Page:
New York Giants – Eli Manning Loves Fourth Quarters

He didn’t get hurt on the final kneel-down, despite all the noise around it. Eli Manning survived a terrible first half, throwing three interceptions, making up for it in the final quarter with two touchdown passes, completing another fourth quarter comeback for the Giants in a wild 34-31 win over the Tampa Bay Buccaneers.

What grabbed most of the attention wasn’t Eli Manning’s bipolar performance and eventually big numbers, finishing with 31-51, 510 yards, three touchdowns and three interceptions, but the way the Bucs tried to force a fumble out of him on the final kneel-down in the game. Tom Coughlin was absolutely living, Greg Schiano didn’t understand what all the fuss was about. There’s nothing illegal about it, that’s true. Whether it was a cheap shot or not? It probably depends if you’re a Giants fan or not.

But for Manning, it was pretty much the essence of his career folded into one hour. Terrible decisions (along with some bad play by the offensive line) in the first half, excellent reads and maneuvering in the second half. The Bucs overplayed, oversold their blitzes at some point. Manning finished with 9-14, 228 yards and two touchdown passes whenever Tampa Bay tried to blitz with a defensive back. The 80-yard touchdown pass to Victor Cruz happened with 6:48 left in the game, and a defensive back running at him.

This time he simply kept throwing the ball to Hakeem Nicks when under pressure, which worked very well. Nicks finished catching 10 passes for 191 yards, scoring a touchdown in the first half, the Giants’ first in the game. Manning himself broke his own record for passing yards of 420 from last season. It was three yards shorter than the 513 Phil Simms gunned out against the Cincinnati Bengals in 1985.

Manning himself wasn’t too happy about the Bucs trying to sack him when he was taking a knee. Maybe teams have gotten too used to the losing side giving up on the game when everything around them (the clock, the score) say they should. Maybe it’s not a cheap shot, but just a way to keep you on your toes.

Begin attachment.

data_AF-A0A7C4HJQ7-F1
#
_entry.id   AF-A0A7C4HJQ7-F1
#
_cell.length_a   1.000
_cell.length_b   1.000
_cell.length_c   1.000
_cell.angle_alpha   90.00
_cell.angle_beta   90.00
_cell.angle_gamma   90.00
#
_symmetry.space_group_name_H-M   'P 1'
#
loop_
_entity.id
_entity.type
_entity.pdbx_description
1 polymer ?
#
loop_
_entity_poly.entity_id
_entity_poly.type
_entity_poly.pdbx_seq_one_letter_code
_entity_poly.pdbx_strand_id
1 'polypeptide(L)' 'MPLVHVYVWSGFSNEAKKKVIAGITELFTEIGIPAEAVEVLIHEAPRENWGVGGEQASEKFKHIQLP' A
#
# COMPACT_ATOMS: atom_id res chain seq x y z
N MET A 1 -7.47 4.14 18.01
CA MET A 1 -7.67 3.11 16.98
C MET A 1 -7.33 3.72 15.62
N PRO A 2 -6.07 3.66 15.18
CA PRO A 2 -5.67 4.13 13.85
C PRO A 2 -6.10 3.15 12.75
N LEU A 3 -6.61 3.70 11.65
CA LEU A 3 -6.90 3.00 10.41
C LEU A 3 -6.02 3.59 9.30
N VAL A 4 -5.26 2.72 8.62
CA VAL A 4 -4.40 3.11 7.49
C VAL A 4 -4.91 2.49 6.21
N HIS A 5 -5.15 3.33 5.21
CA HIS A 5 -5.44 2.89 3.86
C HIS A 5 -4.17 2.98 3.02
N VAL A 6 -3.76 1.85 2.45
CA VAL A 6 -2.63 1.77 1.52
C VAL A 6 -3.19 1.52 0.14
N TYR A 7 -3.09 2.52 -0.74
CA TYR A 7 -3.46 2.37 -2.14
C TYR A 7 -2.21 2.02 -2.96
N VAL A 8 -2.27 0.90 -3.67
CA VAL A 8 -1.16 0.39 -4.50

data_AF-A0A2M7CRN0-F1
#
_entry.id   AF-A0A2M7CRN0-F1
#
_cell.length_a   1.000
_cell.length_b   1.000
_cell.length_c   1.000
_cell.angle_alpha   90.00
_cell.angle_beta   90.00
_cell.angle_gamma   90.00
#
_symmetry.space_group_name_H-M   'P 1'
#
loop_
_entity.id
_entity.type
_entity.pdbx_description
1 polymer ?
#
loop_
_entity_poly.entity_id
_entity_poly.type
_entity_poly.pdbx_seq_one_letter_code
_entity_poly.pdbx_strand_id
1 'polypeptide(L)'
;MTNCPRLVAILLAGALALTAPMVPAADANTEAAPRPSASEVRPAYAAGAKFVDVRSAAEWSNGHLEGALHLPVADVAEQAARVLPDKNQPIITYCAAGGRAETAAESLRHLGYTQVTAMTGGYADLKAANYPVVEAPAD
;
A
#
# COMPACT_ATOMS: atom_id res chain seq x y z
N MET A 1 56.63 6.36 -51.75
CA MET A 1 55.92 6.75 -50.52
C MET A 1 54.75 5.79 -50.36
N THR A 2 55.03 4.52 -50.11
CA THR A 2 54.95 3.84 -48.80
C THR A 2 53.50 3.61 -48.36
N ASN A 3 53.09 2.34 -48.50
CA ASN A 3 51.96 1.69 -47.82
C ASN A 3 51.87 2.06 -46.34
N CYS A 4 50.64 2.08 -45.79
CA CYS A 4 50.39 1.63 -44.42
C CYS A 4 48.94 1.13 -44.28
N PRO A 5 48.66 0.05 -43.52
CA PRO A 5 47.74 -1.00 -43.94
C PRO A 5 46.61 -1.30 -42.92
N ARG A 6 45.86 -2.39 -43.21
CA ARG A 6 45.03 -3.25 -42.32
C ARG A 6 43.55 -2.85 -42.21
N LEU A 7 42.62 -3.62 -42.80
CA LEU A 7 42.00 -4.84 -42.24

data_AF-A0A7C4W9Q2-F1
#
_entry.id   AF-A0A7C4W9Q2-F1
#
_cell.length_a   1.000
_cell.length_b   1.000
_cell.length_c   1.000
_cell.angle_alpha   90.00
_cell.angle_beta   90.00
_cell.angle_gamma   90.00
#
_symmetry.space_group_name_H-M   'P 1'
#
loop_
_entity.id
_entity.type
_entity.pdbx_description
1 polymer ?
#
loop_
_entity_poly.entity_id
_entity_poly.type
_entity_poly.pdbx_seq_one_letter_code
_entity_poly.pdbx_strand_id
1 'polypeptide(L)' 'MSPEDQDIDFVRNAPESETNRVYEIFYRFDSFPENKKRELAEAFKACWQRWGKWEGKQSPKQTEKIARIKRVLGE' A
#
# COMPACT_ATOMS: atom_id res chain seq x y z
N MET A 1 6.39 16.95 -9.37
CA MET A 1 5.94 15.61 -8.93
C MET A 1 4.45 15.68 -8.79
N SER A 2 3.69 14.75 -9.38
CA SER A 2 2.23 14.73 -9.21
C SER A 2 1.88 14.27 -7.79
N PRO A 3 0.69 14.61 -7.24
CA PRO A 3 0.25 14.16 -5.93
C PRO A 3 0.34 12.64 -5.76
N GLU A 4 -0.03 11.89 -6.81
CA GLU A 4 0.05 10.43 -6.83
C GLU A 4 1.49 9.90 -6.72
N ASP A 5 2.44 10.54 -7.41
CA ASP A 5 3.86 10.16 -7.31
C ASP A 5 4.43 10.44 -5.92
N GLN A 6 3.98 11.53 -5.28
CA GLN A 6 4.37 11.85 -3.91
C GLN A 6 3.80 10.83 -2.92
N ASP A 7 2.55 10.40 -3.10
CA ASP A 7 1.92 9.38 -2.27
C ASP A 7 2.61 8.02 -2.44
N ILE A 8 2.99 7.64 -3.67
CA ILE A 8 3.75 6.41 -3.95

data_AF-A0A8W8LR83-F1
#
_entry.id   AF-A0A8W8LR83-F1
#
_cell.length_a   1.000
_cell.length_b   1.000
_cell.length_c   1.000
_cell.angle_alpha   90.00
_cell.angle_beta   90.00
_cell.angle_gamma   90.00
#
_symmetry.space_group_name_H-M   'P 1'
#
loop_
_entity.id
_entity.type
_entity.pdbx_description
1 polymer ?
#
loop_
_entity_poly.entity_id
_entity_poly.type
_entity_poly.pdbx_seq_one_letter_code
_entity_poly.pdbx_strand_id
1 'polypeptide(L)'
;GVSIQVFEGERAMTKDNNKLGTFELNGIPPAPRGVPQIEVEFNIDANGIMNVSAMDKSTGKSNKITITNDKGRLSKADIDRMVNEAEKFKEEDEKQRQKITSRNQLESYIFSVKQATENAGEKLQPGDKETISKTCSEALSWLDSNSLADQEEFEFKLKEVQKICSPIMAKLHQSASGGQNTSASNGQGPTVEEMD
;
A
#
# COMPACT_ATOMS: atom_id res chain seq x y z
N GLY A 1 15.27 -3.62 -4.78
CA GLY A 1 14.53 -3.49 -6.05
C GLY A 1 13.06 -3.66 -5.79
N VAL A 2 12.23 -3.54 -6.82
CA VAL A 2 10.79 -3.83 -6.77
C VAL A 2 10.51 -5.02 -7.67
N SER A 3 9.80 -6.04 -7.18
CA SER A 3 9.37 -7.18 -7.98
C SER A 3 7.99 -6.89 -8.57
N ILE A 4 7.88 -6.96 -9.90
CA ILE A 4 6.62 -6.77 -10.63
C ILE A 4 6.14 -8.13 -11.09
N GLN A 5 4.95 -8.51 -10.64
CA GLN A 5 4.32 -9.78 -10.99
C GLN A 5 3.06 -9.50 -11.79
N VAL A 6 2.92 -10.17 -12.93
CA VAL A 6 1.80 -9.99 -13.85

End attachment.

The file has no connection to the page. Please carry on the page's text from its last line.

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It was a little bit of a cheap shot. We’re taking a knee in a friendly way and they’re firing off. It’s a good way to get someone hurt.

No one got hurt, and Manning was avoiding the blitz all game long. Despite the problems with the Giants’ offensive line, highlighted in the opening loss to the Dallas Cowboys, Eli Manning was untouchable, avoiding getting sacked throughout the entire game, with the Buccaneers managing only two quarterback hits. They did rush him a few times to throw bad passes, but Manning made the right kind of adjustments.

This, as always, brings the usual debate – how elite is Eli Manning? After two Super Bowl wins, the jury is still out. There are few quarterbacks in the league who can avoid the sack as well as he can, but he tends to have these awful, interception-filled performances destroying everything around him. Last season we saw a change in that way for Manning, having an individual record year, which was barely enough for the postseason. This year, he seems to be battling the same kind of up and down problems in his game. Without overcoming, there’s no chance the Giants go back to another Super Bowl, maybe not another playoff.

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